It has been fifty-seven months since Dominion Energy first announced its proposal to build a 600-mile natural gas pipeline from the Marcellus Shale fields of north-central West Virginia to the southern part of North Carolina.  At first called the Southeast Reliability Project, and later named the Atlantic Coast Pipeline (ACP) when Duke Energy and The Southern Company became partners, the project since it was first announced in May 2014 has been vigorously opposed by citizen groups and numerous communities along the route’s path through West Virginia, Virginia and North Carolina.

The project is – by Dominion Energy’s own admission in a February 1 press statement – now some two years behind schedule and 50% over budget.  Construction of the ACP, which began early last year in West Virginia, is currently stopped due to court actions.  A common theme running through all of the cases that have been filed is that permitting judgments were inadequately considered, and/or without merit, and rushed.

The plaintiffs in the legal challenges of the inept permitting processes that enabled construction of the ACP to begin in the first place are in most instances ABRA member organizations and the firms representing them are also ABRA members: Appalachian Mountain Advocates and the Southern Environmental Law Center.  Kudos to both firms for their tireless work.

Below is a summary of the status of the principal cases that have to date been filed:

  1. FERC Certificate – A challenge to the Federal Energy Commission’s (FERC) issuance of a certificate for the ACP on October 13, 2017 was filed with the Fourth Circuit Court of Appeals on August 16, 2018. The plaintiffs are 14 conservation groups, represented by the Southern Environmental Law Center (SELC) and Appalachian Mountain Advocates. The suit could not be filed until FERC formally rejected a request for a rehearing of the certificate, which did not occur until August 10. The basis of the suit is the petitioners’ contention that FERC did not look behind the affiliate agreements that Dominion Energy and Duke Energy, (principal partners in the project) claim demonstrate that the pipeline is needed in Virginia and North Carolina markets. Jurisdiction of the case has been transferred to the D.C. Circuit Court of Appeals. A briefing schedule for the case has not yet been established, but oral arguments are not expected until probably the fall of 2019.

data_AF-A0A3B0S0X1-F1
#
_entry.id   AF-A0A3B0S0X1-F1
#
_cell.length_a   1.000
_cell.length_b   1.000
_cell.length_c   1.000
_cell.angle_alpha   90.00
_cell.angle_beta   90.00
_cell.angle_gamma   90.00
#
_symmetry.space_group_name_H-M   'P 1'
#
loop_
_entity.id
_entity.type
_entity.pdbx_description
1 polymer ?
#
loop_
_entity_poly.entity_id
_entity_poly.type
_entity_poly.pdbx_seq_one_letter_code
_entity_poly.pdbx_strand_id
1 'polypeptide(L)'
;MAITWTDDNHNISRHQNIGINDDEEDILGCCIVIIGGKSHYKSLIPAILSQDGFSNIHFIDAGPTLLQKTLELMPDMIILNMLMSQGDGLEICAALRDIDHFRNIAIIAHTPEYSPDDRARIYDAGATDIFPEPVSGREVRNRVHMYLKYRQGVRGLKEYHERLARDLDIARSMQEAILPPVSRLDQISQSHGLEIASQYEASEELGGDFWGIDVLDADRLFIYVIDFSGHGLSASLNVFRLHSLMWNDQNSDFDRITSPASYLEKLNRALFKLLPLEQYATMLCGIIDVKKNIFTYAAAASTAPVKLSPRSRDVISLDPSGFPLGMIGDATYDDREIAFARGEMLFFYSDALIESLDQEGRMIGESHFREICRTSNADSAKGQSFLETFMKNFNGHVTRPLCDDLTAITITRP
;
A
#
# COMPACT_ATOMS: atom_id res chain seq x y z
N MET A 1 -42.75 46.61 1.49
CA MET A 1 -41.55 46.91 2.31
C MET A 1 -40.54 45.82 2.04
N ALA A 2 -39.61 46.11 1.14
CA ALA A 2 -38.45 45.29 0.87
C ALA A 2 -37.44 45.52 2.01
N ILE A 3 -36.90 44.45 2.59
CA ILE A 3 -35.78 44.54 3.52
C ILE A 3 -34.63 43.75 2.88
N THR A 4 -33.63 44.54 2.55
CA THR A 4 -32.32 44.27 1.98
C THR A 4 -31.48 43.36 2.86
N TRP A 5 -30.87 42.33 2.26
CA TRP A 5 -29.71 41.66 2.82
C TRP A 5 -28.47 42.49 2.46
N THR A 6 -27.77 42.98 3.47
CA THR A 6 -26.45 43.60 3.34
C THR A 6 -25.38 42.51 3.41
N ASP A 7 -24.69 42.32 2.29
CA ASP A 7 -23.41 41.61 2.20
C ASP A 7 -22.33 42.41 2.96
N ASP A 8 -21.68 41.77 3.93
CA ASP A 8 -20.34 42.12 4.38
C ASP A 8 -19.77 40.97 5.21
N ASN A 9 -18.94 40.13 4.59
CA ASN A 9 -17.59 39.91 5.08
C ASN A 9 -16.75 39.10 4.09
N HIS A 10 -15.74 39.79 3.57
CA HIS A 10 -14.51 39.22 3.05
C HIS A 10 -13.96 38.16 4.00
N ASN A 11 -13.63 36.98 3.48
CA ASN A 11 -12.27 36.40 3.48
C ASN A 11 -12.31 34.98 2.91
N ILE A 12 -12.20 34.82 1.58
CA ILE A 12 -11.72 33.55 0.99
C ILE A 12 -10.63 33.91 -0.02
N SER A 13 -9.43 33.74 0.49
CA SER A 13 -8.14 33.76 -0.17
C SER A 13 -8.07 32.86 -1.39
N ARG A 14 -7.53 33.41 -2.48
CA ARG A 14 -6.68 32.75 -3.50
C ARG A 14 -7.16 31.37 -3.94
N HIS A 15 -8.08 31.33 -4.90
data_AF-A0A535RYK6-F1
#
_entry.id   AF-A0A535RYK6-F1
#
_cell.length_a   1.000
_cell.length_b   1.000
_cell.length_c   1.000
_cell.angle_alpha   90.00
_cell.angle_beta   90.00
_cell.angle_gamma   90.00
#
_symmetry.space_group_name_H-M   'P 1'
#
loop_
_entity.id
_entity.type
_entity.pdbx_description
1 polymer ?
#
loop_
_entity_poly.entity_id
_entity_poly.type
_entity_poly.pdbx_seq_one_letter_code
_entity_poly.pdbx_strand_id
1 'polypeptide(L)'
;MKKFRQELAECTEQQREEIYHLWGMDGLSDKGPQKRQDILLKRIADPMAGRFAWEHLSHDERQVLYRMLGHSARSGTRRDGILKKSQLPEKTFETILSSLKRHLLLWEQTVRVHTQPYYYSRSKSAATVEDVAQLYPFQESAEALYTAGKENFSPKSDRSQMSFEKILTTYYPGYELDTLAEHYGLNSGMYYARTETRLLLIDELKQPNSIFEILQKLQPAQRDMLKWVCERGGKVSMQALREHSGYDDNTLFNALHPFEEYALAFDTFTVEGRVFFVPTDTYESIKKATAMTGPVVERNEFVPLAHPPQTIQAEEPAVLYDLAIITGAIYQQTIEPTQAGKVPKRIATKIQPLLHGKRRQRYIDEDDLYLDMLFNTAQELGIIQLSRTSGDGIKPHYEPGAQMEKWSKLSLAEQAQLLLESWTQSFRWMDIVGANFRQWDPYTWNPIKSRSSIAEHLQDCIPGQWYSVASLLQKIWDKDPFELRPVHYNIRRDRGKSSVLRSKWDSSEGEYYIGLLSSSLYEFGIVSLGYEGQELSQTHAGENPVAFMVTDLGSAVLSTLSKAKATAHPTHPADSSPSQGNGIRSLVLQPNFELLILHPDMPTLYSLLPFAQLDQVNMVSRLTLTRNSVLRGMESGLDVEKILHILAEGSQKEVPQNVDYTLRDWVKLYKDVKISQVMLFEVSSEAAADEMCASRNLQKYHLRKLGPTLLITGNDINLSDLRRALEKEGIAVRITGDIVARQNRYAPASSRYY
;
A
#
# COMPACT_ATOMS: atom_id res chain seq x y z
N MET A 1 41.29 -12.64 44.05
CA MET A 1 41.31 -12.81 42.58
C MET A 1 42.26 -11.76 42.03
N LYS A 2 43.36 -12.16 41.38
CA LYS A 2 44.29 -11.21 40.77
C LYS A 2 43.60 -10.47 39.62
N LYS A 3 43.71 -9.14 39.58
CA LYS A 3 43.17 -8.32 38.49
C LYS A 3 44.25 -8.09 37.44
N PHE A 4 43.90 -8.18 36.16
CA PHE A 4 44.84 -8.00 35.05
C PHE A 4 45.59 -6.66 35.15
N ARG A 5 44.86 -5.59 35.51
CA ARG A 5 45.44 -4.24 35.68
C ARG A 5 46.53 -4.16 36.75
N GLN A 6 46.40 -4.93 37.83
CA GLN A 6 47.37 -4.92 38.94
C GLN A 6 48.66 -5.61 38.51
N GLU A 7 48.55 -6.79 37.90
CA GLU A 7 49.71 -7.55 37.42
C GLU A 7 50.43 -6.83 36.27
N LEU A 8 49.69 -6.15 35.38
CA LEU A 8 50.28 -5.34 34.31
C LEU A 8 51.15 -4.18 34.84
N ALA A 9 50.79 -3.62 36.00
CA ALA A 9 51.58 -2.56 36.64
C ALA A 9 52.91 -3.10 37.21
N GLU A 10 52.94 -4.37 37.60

1. Forest Service Permit – On January 23, 2018, the U.S. Forest Service granted the ACP a Special Use Permit to cross national forest lands and a right-of-way to cross beneath the Appalachian National Scenic Trail (ANST). This action followed a November 17, 2017 decision by the Forest Service to amend the Forest Plans for the George Washington and Monongahela National Forests to accommodate the ACP. A suit was filed on February 5, 2018 by seven conservation/environmental organizations represented by SELC, arguing that the Forest Service had rushed to judgment to approve the project, notwithstanding raising serious questions about the project’s ability to be built over steep mountain terrain without serious environmental damage. The case was argued before a three-judge panel on September 28. On December 13, the Fourth Circuit ruled to vacate the Forest Service permit, expressing agreement with the petitioners about environmental threats being improperly evaluated and ruling that the Forest Service lacked the authority to grant the project permission to cross the ANST.

Atlantic Coast Pipeline, LLC on January 28 filed with the Fourth Circuit requesting a rehearing en banc, meaning a hearing on the case before all fifteen judges of the Fourth Circuit. The petitioners argue that the three-judge panel decision ignored several precedential U.S. Supreme Court decisions.  A decision on the en banc request is not expected until at least the latter half of February.